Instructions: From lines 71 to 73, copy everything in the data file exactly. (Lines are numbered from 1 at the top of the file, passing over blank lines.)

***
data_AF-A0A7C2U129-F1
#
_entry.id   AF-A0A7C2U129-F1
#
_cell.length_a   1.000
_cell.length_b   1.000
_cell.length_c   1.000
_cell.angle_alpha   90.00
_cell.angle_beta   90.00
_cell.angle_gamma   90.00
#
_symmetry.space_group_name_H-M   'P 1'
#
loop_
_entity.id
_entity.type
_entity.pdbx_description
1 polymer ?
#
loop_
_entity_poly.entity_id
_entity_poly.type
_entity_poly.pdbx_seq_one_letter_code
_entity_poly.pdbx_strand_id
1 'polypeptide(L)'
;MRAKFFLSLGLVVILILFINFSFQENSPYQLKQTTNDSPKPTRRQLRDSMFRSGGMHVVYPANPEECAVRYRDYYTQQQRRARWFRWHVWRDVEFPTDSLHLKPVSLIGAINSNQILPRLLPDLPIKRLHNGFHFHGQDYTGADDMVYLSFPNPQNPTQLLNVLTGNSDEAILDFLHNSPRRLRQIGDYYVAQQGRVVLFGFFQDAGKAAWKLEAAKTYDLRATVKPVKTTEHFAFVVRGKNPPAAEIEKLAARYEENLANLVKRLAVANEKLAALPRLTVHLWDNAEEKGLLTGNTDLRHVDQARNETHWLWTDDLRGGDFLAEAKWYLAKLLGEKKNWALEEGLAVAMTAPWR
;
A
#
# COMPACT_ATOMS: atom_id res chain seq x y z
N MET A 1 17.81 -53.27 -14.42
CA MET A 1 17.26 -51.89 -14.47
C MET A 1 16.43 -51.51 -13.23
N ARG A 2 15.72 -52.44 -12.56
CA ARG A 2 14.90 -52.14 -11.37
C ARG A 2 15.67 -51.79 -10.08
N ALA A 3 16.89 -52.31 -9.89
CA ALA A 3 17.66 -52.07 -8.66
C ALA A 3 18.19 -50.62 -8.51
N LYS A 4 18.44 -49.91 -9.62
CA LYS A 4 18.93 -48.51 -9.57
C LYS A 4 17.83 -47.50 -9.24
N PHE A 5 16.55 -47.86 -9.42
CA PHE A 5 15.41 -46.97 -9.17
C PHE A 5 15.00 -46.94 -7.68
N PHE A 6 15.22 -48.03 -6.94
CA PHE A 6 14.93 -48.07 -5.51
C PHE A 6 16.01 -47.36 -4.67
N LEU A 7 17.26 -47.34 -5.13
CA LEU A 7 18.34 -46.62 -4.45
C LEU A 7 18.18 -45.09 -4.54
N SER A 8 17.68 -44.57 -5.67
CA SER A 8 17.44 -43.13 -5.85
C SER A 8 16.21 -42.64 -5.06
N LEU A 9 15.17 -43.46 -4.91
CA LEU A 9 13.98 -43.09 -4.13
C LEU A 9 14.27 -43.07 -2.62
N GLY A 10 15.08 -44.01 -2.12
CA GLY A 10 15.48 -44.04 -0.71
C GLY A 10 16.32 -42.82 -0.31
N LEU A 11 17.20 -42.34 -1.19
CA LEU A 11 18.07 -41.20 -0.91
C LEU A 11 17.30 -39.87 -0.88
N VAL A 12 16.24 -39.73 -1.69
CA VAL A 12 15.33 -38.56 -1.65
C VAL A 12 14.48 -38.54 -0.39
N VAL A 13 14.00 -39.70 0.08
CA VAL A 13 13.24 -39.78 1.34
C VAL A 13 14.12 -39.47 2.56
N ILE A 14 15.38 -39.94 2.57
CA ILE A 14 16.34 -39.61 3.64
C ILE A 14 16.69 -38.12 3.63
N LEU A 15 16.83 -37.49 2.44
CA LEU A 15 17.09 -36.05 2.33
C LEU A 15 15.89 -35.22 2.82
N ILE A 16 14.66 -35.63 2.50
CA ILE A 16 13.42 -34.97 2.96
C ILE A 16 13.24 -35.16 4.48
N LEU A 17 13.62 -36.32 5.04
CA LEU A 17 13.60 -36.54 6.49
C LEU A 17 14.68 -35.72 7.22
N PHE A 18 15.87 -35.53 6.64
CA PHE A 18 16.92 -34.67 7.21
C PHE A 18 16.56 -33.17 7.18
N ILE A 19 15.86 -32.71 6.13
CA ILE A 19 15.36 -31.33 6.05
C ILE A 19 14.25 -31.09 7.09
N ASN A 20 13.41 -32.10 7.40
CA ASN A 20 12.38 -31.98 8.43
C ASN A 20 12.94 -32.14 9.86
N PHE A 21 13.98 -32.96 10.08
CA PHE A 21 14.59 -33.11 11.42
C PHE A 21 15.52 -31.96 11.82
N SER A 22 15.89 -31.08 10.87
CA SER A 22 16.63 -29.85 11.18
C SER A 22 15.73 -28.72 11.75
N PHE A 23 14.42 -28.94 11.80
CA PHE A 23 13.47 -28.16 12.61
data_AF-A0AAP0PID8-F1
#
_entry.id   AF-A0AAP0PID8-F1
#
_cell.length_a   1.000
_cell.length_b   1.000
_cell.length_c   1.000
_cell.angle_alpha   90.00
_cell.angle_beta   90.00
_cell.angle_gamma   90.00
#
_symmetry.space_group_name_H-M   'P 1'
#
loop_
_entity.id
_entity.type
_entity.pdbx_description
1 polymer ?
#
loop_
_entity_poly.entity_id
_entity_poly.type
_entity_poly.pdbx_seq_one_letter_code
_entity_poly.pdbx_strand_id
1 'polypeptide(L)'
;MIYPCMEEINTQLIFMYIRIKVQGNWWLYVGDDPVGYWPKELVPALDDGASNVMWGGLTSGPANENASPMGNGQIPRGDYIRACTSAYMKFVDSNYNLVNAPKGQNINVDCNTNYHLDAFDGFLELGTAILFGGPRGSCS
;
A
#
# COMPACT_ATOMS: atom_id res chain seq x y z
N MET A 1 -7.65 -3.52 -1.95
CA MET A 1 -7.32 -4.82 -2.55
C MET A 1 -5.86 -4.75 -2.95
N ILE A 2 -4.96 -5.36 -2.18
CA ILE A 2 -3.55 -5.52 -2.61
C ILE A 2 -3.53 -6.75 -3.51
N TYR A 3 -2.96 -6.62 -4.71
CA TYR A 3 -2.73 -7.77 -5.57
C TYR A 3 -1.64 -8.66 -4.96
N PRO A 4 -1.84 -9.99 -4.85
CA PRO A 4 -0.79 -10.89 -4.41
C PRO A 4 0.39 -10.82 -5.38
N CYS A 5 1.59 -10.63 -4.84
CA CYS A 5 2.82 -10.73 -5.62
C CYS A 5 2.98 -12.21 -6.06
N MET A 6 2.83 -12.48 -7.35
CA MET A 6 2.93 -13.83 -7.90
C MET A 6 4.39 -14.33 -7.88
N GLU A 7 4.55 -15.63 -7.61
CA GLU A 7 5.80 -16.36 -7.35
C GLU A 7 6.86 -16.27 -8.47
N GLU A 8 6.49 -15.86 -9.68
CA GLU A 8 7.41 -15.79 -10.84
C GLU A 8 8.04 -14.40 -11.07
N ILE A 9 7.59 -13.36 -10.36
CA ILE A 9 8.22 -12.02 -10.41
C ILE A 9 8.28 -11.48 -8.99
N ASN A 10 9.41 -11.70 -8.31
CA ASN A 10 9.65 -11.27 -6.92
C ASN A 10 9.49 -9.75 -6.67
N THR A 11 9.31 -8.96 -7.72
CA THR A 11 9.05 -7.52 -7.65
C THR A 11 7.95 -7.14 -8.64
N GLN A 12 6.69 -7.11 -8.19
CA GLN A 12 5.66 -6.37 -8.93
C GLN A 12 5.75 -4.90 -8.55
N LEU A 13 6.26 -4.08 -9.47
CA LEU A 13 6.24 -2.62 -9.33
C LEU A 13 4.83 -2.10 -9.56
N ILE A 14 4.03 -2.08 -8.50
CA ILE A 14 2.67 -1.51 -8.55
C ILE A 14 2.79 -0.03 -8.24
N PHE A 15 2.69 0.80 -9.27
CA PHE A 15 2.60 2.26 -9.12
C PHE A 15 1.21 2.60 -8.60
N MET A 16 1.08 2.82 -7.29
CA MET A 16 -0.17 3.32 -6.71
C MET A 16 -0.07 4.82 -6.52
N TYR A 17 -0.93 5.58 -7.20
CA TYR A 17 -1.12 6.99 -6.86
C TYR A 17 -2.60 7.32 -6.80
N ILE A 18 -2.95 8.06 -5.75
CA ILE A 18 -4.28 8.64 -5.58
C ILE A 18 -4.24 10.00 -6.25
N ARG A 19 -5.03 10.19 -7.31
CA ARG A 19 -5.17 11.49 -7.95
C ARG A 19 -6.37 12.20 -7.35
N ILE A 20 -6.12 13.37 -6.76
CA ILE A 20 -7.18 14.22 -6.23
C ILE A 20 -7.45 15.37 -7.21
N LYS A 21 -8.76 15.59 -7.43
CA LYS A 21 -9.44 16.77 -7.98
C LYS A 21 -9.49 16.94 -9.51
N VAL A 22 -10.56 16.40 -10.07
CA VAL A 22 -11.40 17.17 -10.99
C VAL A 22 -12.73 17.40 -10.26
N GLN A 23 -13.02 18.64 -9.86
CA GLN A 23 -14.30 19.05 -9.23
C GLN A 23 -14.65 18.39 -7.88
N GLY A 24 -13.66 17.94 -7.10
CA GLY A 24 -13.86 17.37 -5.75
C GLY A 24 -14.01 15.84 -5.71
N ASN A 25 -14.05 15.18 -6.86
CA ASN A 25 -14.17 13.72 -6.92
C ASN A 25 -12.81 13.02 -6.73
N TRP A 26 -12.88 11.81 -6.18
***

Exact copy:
CA ILE A 14 16.34 -39.61 3.64
C ILE A 14 16.69 -38.12 3.63
N LEU A 15 16.83 -37.49 2.44